Television policy finally adopted at Blair High School

\nMARYLAND - After more than three years of discussing and\ndebating, Blair High School finally has accepted a broadcasting\nguideline and regulation proposal for their student television\nstation. Read more

State-wide prior review case in Hawaii still lingers

\nHAWAII - Hawaii's department of education confronted some\nmajor criticism last fall after proposing a guideline that would\nhave required public school administrators throughout the state\nto exercise prior review over all student publications. Read more

Judge throws out students' plea

\nMISSOURI - She has been called by students John David and\nMatt Sevart the best teacher and mentor they ever had. Read more

Former paper adviser receives cash, award

FLORIDA - ReLeah Lent, former adviser to Making\nWaves, the student newspaper at Mosley High School in Bay\nCounty, Fla, will receive the annual PEN/Newman's Own First Amendment\nAward, which includes a cash prize of $25,000. Read more

Adviser removed in anti-Hazelwood state

\nCOLORADO - Leigh Campbell-Hale says she does not plan to\nfight her removal as adviser to the high school student newspaper,\neven though her school is in one of the six states that has passed\nlegislation to counteract the 1988 Supreme Court decision of Hazelwood\nSchool District v. Read more

Adviser receives $20,000 settlement

\nWASHINGTON - A battle may have been won for the First Amendment,\nbut not without casualties as a Stanwood High School English teacher\nreceived a $20,000 settlement after she was let go from her newspaper\nadvising position. Read more

Bridge over troubled water

\nNEW YORK - The state's highest court ruled Feb. 11 that\na community college committee violated the state open meetings\nlaw when it imposed restrictions on a student newspaper and allocated\nstudent fees in a private session. "The Open Meetings Law is designed to ensure that public\nbusiness is conducted in an observable manner; to promote this\ngoal, the provisions of the Open Meetings Law are to be liberally\nconstrued," Judge Joseph W. Read more

For public officials, open records remain open

\nWISCONSIN - The Wisconsin Court of Appeals upheld a ruling\nin March that will make it hard for a public officials to avoid\nscrutiny into their wrongdoing by resigning. The court ruled that privacy and reputational interests of a former\ngovernment employee do not outweigh the public interest in the\ndisclosure of records concerning an investigation into wrongdoing. "This ruling was not much of a surprise," said Phil\nBrinkman, a reporter for the Wisconsin State Journal. "The\nsad part is that it has dragged on for so long." The case arose from a controversy that began in 1996 over questions\nabout a Madison elementary school principal's past, including\nallegations of sexual molestation of several school girls. Read more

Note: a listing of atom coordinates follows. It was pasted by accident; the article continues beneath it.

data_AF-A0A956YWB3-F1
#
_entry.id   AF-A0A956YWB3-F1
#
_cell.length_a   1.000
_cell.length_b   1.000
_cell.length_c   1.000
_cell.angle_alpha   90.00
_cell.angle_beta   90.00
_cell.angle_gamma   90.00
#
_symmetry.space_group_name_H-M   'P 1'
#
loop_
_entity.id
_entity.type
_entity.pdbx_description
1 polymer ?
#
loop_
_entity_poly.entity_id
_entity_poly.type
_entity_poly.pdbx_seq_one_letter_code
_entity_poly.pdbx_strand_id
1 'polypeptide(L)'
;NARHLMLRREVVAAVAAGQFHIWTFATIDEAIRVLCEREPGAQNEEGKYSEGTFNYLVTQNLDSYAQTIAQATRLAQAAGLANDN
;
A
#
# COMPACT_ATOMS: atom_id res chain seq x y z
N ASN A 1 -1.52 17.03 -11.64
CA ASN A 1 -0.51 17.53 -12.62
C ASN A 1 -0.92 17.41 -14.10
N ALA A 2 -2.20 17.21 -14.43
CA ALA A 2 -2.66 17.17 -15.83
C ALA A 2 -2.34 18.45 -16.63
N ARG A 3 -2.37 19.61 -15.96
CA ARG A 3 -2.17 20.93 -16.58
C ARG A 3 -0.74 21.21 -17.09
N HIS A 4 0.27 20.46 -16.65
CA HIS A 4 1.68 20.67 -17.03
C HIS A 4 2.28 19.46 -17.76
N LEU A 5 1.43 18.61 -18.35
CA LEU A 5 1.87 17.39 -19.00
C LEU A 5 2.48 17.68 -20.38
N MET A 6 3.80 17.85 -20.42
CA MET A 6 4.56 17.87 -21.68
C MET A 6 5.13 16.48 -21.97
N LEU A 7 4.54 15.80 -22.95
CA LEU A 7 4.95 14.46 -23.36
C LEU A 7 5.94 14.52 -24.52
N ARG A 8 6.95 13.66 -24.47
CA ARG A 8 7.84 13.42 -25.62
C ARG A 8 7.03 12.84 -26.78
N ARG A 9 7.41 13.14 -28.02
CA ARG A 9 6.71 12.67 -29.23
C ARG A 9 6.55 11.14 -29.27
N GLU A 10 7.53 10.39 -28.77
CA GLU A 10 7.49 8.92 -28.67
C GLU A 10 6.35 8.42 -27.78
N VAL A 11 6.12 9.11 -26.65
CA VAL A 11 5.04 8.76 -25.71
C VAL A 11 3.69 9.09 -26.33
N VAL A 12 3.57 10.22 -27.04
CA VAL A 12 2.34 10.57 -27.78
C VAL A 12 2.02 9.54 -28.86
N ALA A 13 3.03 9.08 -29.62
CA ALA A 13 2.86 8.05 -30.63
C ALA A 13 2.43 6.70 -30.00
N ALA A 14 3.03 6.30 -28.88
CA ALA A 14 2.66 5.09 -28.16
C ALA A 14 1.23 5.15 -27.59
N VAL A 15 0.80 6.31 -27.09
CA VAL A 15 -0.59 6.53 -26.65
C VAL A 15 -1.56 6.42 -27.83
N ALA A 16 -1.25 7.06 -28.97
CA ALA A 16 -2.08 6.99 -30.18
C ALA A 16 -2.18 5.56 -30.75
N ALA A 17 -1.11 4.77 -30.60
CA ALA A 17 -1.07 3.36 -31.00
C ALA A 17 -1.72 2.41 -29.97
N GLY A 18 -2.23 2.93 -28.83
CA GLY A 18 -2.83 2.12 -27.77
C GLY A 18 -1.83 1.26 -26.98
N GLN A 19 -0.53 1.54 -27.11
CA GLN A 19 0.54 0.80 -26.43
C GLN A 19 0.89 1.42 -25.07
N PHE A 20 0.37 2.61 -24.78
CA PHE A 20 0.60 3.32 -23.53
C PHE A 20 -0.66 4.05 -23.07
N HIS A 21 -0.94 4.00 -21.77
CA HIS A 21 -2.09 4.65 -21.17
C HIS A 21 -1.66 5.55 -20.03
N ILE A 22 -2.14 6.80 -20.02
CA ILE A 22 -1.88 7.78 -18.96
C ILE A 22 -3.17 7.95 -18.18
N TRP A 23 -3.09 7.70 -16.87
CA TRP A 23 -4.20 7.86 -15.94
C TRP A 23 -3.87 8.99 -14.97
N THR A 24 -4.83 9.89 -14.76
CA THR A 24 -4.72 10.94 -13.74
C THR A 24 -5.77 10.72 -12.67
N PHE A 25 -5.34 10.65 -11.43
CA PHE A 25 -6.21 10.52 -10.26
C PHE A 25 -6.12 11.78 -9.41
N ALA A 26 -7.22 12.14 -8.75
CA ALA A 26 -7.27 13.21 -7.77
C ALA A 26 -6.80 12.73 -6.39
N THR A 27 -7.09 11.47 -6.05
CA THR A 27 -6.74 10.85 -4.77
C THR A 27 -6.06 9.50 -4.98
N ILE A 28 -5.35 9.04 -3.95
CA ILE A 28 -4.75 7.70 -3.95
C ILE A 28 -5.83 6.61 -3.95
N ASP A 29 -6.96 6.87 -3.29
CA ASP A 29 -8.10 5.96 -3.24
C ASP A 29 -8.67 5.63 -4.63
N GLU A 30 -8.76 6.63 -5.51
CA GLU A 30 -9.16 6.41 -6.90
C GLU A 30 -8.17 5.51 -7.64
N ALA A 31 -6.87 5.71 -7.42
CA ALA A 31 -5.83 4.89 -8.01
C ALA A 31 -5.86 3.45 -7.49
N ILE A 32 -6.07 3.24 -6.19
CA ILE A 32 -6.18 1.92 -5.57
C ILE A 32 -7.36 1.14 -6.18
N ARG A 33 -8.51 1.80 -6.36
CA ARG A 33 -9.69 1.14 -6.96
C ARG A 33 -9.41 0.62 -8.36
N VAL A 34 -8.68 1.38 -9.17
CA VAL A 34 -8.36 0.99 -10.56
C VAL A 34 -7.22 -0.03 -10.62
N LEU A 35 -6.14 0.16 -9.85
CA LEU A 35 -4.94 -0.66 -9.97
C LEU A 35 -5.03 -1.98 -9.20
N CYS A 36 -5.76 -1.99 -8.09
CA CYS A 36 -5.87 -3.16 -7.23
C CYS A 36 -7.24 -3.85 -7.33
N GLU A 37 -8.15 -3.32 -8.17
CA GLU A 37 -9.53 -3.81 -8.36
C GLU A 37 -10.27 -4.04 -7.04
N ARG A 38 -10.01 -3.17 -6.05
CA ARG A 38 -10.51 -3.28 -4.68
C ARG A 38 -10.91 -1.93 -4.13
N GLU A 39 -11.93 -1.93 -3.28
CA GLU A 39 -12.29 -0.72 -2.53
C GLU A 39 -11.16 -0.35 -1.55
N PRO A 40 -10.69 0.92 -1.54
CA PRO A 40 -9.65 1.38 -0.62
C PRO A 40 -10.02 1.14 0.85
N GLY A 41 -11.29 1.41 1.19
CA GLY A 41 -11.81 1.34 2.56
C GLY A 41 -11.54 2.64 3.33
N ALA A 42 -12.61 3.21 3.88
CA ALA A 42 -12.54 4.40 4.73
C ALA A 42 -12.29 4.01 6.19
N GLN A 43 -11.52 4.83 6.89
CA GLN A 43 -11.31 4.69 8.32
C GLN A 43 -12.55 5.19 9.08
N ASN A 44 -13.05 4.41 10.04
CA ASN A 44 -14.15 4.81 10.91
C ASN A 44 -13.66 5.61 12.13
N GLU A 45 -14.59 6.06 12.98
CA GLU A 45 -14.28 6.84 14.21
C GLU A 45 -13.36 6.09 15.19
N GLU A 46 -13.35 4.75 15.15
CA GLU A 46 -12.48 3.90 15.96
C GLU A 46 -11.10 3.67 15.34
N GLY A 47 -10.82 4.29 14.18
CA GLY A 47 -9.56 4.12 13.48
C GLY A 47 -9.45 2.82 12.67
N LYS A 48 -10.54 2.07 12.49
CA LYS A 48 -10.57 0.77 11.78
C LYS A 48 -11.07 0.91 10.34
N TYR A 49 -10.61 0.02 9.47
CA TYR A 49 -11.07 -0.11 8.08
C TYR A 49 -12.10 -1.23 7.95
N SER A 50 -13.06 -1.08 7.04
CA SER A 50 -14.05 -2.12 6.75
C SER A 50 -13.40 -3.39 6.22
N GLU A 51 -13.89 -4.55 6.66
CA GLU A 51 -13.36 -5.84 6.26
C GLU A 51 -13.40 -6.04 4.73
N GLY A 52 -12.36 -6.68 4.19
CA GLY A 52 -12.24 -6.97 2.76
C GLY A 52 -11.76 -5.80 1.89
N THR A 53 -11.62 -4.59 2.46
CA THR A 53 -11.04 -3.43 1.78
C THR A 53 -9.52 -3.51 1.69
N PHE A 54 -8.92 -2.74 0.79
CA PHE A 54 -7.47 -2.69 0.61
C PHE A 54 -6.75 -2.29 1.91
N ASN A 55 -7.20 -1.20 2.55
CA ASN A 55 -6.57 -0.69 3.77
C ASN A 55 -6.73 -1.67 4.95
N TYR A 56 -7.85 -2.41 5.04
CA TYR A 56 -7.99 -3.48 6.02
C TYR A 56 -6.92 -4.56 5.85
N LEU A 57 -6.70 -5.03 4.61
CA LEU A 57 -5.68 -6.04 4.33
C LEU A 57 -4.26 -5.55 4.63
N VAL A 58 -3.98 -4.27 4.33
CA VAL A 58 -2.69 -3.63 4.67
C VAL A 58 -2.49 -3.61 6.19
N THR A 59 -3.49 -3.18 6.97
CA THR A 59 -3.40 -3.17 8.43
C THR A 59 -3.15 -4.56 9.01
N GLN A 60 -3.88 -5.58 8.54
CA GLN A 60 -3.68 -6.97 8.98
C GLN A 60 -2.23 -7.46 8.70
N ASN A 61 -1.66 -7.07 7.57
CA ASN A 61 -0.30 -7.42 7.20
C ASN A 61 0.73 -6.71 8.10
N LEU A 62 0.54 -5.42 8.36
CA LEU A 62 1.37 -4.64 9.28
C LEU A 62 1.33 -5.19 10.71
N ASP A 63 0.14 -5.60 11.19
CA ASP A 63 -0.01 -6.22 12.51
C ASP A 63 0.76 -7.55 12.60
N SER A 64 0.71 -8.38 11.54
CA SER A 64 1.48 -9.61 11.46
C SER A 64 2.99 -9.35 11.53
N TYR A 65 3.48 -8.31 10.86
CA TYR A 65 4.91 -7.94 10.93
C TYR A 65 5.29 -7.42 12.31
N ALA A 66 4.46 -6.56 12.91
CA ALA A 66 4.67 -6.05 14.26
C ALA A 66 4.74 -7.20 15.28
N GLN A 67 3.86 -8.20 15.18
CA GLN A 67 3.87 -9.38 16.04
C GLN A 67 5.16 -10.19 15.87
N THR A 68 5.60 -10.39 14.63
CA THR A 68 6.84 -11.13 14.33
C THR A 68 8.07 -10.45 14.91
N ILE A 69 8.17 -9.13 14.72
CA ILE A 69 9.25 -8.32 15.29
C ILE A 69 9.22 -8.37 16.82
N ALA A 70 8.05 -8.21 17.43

Athletes' unpaid parking tickets recorded in paper

\nMARYLAND - After a three-year battle, records documenting\nparking ticket abuses by University of Maryland student athletes\nare finally in the hands of the student newspaper, The Diamondback. \nIn December, Maryland's high court ruled that information about\nunpaid parking tickets charged to student athletes and coaches\nas well as NCAA records of related violations must be open to\nthe public. Read more

Access bills die in committee

\nMICHIGAN - - Two proposed bills that stemmed from a Michigan\nSupreme Court case in which the court ordered that performance\nevaluations of school officials be released are essentially dead. House Bill 4936, sponsored by former Rep. Read more

FERPA changes result in triumph in Mo.

\nMISSOURI - In the first legal actions filed since the 1998\namendments to the Higher Education Act made changes to the federal\nFamily Educational Rights and Privacy Act (FERPA), commonly known\nas the Buckley Amendment, a state judge ordered Southwest Missouri\nState University to release student disciplinary records to the\nschool newspaper in a January court decision. Missouri Circuit Court Judge Henry Westbrook wrote in his ruling\nin Board of Governors v. Read more

Clearing up changes to Higher Education Act

\nWASHINGTON, D.C. - Although Congress recognized the danger\nof allowing schools to cover up campus crime by passing the 1998\namendments to the Higher Education Act, many schools across the\ncountry are still unsure as to how these changes apply to them. The law has mandated that universities release information in\npolice logs, as well as more information on crime statistics. \nProperly implemented, these changes could mean enhanced student\nsafety on campuses across the country. Read more

Smoother sailing for campus crime reporting

Violence and crime are not the norm at the University of Hartford.\nBut in late January, one party got out of hand, and a few students\ndrew handguns in anger. Read more

U. of Tennessee refuses to release records

\nTENNESSEE - University of Tennessee administrators are\ncontinuing to hide behind outdated laws, refusing to release records\nof university judicial proceedings in accordance with last year's\namendments to the Higher Education Act, say access advocates. The student newspaper at the University of Tennessee's Martin\ncampus and the nonprofit organization Security on Campus have\nboth been denied access to records describing the outcome of disciplinary\nproceedings at school. Read more

'College Hazelwood' case hits the Sixth Circuit

\nOHIO - The heat is on in a federal appellate court as the\nbattle rages over First Amendment rights and prior restraint in\nthe Kincaid v. Read more